A brief thought: What is E-Science?

I’m not sure when I first heard the term “E-Science”, but it wasn’t that long ago. My first impression was that it sounds like one of those words that should be unsucked (i.e., jargon). Now that I know more about it, I’m inclined to think that jargon is in the ear of the beholder. Here’s why:

The most commonly used definition for E-Science is that it is type of scientific research that uses large-scale computing infrastructure to process very large datasets (i.e., “Big Science“, which generates “Big Data“).  However many (most?) often I hear E-Science used as an umbrella term that describes any size of science that involves digital data and/or analysis.  These days, that pretty much covers all science.  I therefore contend that E-Science as a phrase is redundant – it was describing what used to be a subset of science, but is now more correctly describing all science. So why is there an “E” at all?

There are journals, websites, and meetings focused on E-Science (I blogged about attending the Microsoft eScience Workshop just a few months ago). In fact, I’m currently participating in an E-Science Institute, sponsodred by the Association of Research Libraries, the Digital Library Federation, and  DuraSpace.  The goal of the Institute is to provide opportunities for “academic and research libraries to  boost institutional support of e-research and the management and preservation of our scientific and scholarly record.” Libraries are facing the new digital frontier head-on: they are interested in providing services that meet researchers’ needs, and these services have changed dramatically in the last few decades.

The argument for keeping the “E”: Although science researchers have no need for the distinction between Science and E-Science, it is a helpful distinction for groups that provide services to academia at large. Not all disciplines are as digital as the sciences: think about art history, studies of ancient texts, or observations of other cultures. Those groups that provide services or assistance for the broader academic community should, therefore, continue to consider E-Science.


Perhaps one day emails will just be mails… And Banksy will return them. From Flickr by Bruno Girin (More on Banksy: http://en.wikipedia.org/wiki/Banksy)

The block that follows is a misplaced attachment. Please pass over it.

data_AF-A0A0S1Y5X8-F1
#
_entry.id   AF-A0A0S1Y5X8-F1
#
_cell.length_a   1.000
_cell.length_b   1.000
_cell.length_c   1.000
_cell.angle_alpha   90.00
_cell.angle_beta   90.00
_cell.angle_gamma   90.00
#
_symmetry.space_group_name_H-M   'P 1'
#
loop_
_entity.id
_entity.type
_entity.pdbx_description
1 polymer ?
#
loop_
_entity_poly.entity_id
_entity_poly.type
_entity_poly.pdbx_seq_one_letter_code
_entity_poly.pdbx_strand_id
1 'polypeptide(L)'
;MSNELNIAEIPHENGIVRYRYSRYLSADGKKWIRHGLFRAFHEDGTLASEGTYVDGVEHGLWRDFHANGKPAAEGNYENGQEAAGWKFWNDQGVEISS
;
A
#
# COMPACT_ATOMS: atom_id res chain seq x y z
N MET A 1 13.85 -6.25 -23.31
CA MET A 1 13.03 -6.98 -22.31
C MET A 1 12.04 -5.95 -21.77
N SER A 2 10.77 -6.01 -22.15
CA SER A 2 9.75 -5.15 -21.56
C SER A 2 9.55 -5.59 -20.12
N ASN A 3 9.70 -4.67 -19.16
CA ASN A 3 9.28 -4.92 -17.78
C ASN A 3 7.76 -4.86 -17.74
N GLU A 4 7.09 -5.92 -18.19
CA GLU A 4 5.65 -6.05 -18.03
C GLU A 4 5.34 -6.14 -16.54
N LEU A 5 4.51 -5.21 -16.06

Some readings, recommended by the E-Science Institute organizers (and me!):

  • Jim Gray on e-Science, A Transformed Scientific Method. from The Fourth Paradigm: Data-Intensive Scientific Discovery, Tony Hey et al. Microsoft Research, 2009 .  Link
  • E-Science and the Life Cycle of Research, Charles Humphrey.  June, 2008.  Link
  • Special Online Collection: Dealing with Data, Science Magazine, AAAS.  February 11, 2011.  Link (free registration available)
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4 thoughts on “A brief thought: What is E-Science?

  1. Nice post, Carly. It’s great timing – I’m writing a commentary piece for JLSC on this exact topic; what the heck is “e-science” vs “e-research”, and do those terms mean something different from the perspectives of librarians and scientists? (answer: yes) I’m glad to see that I’m not the only one thinking about this kind of thing. I wonder if it has to do with us coming from a science background?

    OSU is doing the E-Science Institute right now, too. I’m looking forward to meeting you next week! Safe travels.

    • Carly Strasser says:

      I just read your comment and I agree that our confusion might be because of that science background. I like clear data points!

  2. The e-science community, as you note, has largely evolved out of the big data community involved in grid enabled and computationally intensive research (mostly in the sciences). Even if you want to keep the “e”, I’ve never understood why it is e-science and not e-research? Not least when we’re talking all research…partly a cultural and international difference also?

  3. Carly, as you note there are two issues here: the “e” and the “science”. Let me provide a view from the other side of the world.

    On the e, I hope that one day we stop talking about e-science in the same way that we no longer talk about e-business. It’s just business. It will be (it is already?) just science.

    On the science, despite claims to the contrary from some, in English the domain of Science is clearly different from Social Science or the Humanities. And yet, many of the techniques used in e-Science are just as relevant to non-Science domains. That’s why Australia talks about e-Research, to make this clear. I wish that English had a word like Wissenschaft (German) or vetenskap (Swedish) that didn’t distinguish, but it doesn’t (Knowledge doesn’t work here). Until then, as long as we talk about e-Science we are implicitly excluding some folks who we should also be serving.

    Just my 2.10041 cents (at today’s exchange rate).

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